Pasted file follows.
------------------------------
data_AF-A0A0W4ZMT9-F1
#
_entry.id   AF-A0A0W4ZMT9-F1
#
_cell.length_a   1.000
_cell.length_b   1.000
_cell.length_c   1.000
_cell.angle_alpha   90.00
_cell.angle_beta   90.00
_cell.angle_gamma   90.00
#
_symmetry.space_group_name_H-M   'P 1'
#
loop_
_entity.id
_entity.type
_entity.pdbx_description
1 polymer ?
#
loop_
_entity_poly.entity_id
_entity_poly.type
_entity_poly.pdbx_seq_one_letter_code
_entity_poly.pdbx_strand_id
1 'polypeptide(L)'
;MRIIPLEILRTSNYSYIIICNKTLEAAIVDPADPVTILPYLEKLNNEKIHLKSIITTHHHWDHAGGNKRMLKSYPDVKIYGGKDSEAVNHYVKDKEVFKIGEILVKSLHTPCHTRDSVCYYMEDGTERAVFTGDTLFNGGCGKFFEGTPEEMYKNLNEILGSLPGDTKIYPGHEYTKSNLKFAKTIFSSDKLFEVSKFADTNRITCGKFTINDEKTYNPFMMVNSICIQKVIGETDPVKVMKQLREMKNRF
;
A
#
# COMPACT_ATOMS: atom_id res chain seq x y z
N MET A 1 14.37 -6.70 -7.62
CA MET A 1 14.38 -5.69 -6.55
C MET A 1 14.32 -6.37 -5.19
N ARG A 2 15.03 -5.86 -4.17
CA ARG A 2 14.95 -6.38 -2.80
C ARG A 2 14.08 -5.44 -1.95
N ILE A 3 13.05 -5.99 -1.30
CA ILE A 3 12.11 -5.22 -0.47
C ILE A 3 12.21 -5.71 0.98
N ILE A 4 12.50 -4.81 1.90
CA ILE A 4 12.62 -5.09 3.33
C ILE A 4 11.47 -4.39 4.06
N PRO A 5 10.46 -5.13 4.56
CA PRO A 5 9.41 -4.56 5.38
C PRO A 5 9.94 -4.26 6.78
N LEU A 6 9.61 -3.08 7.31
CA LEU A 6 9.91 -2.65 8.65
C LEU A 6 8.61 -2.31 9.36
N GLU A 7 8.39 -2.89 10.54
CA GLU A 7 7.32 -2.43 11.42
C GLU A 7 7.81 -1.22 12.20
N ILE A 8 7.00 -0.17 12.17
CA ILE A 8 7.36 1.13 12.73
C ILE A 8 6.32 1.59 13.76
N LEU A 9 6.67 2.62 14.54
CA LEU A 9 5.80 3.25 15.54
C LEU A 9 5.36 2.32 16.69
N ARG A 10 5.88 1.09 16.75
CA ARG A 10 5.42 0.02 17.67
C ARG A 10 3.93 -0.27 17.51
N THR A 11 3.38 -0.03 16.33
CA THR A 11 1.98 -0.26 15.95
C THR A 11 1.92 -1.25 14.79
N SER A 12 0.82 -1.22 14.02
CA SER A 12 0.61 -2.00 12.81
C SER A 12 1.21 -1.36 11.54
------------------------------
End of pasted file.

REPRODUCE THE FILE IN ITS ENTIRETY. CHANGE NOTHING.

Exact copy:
data_AF-A0A0W4ZMT9-F1
#
_entry.id   AF-A0A0W4ZMT9-F1
#
_cell.length_a   1.000
_cell.length_b   1.000
_cell.length_c   1.000
_cell.angle_alpha   90.00
_cell.angle_beta   90.00
_cell.angle_gamma   90.00
#
_symmetry.space_group_name_H-M   'P 1'
#
loop_
_entity.id
_entity.type
_entity.pdbx_description
1 polymer ?
#
loop_
_entity_poly.entity_id
_entity_poly.type
_entity_poly.pdbx_seq_one_letter_code
_entity_poly.pdbx_strand_id
1 'polypeptide(L)'
;MRIIPLEILRTSNYSYIIICNKTLEAAIVDPADPVTILPYLEKLNNEKIHLKSIITTHHHWDHAGGNKRMLKSYPDVKIYGGKDSEAVNHYVKDKEVFKIGEILVKSLHTPCHTRDSVCYYMEDGTERAVFTGDTLFNGGCGKFFEGTPEEMYKNLNEILGSLPGDTKIYPGHEYTKSNLKFAKTIFSSDKLFEVSKFADTNRITCGKFTINDEKTYNPFMMVNSICIQKVIGETDPVKVMKQLREMKNRF
;
A
#
# COMPACT_ATOMS: atom_id res chain seq x y z
N MET A 1 14.37 -6.70 -7.62
CA MET A 1 14.38 -5.69 -6.55
C MET A 1 14.32 -6.37 -5.19
N ARG A 2 15.03 -5.86 -4.17
CA ARG A 2 14.95 -6.38 -2.80
C ARG A 2 14.08 -5.44 -1.95
N ILE A 3 13.05 -5.99 -1.30
CA ILE A 3 12.11 -5.22 -0.47
C ILE A 3 12.21 -5.71 0.98
N ILE A 4 12.50 -4.81 1.90
CA ILE A 4 12.62 -5.09 3.33
C ILE A 4 11.47 -4.39 4.06
N PRO A 5 10.46 -5.13 4.56
CA PRO A 5 9.41 -4.56 5.38
C PRO A 5 9.94 -4.26 6.78
N LEU A 6 9.61 -3.08 7.31
CA LEU A 6 9.91 -2.65 8.65
C LEU A 6 8.61 -2.31 9.36
N GLU A 7 8.39 -2.89 10.54
CA GLU A 7 7.32 -2.43 11.42
C GLU A 7 7.81 -1.22 12.20
N ILE A 8 7.00 -0.17 12.17
CA ILE A 8 7.36 1.13 12.73
C ILE A 8 6.32 1.59 13.76
N LEU A 9 6.67 2.62 14.54
CA LEU A 9 5.80 3.25 15.54
C LEU A 9 5.36 2.32 16.69
N ARG A 10 5.88 1.09 16.75
CA ARG A 10 5.42 0.02 17.67
C ARG A 10 3.93 -0.27 17.51
N THR A 11 3.38 -0.03 16.33
CA THR A 11 1.98 -0.26 15.95
C THR A 11 1.92 -1.25 14.79
N SER A 12 0.82 -1.22 14.02
CA SER A 12 0.61 -2.00 12.81
C SER A 12 1.21 -1.36 11.54